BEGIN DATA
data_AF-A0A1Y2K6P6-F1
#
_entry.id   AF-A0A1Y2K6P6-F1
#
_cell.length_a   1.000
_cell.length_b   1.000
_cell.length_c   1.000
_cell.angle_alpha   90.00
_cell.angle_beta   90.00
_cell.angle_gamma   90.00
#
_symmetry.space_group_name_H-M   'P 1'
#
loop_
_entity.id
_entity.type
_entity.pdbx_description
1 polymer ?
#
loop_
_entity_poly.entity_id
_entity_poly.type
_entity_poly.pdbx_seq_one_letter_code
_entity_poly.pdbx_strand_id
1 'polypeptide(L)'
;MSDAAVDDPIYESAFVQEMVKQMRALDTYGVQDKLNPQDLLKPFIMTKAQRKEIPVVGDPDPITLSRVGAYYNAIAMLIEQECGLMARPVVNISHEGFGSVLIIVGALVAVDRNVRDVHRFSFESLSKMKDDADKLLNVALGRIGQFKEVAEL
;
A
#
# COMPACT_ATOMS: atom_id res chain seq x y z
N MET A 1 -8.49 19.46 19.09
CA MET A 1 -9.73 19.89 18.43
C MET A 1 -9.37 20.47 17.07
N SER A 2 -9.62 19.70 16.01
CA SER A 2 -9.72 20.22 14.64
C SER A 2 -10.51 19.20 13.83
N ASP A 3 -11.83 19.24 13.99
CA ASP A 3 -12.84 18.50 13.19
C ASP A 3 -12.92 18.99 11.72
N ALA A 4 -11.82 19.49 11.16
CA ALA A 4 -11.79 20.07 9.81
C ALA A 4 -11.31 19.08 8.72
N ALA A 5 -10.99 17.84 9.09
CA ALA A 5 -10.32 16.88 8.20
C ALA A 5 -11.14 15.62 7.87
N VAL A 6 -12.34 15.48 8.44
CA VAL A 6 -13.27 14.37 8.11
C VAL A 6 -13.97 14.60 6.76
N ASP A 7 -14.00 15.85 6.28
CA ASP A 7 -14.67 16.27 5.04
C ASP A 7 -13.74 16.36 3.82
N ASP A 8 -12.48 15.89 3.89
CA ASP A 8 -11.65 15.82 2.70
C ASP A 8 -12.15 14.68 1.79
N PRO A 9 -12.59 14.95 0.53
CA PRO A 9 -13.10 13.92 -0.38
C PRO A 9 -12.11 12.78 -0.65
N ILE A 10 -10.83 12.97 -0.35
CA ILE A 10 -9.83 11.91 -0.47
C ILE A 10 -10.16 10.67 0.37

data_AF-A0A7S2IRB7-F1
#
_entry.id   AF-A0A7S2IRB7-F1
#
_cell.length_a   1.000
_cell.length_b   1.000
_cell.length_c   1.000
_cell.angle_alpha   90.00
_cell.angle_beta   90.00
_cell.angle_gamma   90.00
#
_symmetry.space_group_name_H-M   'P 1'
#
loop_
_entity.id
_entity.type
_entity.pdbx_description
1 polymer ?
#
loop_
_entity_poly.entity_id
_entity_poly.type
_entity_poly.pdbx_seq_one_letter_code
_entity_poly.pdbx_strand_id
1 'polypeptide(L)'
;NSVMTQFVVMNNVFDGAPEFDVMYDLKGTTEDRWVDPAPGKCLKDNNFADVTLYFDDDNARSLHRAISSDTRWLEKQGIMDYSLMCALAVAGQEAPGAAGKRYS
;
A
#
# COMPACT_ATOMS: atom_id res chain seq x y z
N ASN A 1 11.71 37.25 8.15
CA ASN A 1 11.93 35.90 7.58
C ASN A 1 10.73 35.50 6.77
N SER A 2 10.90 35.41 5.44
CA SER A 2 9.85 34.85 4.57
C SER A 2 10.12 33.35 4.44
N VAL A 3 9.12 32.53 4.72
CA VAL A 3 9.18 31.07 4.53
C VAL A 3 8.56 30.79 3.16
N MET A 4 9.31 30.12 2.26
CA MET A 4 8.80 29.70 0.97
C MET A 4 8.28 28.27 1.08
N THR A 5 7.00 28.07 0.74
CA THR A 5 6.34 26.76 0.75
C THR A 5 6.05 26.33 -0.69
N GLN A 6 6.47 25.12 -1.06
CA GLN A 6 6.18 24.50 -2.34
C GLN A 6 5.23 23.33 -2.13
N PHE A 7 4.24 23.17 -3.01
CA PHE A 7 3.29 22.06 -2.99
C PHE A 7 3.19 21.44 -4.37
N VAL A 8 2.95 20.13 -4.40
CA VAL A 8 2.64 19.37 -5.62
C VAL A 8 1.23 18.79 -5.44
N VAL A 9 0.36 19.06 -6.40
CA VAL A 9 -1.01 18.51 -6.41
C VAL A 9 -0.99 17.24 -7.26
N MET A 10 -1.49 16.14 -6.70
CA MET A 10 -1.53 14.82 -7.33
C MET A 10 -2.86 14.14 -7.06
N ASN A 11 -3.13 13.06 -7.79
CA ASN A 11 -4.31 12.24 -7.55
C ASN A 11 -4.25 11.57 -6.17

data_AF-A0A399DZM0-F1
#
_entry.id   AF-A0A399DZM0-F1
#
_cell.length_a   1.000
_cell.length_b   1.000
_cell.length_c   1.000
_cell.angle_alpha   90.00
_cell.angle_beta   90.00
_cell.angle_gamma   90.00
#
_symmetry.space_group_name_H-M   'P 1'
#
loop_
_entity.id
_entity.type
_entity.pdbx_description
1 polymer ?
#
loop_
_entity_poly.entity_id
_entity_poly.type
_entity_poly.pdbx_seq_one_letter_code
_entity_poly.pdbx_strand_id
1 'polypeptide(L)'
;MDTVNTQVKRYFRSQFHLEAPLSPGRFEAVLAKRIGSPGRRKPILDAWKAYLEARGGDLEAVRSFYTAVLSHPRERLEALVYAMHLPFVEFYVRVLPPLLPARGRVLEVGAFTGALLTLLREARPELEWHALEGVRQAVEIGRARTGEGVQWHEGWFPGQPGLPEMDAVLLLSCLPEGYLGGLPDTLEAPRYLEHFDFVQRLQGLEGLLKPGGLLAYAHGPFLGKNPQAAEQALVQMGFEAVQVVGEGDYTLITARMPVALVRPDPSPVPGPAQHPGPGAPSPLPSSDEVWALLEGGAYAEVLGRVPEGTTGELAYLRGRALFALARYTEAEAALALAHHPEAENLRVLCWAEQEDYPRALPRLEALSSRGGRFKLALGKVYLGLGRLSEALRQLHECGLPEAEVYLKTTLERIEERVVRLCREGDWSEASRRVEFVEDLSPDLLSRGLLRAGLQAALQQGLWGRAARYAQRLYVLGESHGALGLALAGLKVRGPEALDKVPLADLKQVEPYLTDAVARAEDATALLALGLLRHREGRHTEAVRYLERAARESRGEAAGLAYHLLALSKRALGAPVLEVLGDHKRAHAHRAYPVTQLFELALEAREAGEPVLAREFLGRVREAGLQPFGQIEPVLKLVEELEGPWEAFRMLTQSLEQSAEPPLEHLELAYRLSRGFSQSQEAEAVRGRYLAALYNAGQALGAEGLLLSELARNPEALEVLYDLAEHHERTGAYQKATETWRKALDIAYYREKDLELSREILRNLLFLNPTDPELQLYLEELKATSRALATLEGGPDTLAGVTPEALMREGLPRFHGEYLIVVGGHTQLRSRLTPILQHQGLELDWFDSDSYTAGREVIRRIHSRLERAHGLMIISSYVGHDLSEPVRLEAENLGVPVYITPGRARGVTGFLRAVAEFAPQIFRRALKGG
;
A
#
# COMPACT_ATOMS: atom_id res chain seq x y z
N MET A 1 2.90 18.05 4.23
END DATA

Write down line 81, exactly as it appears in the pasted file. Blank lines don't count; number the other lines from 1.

_entity_poly.entity_id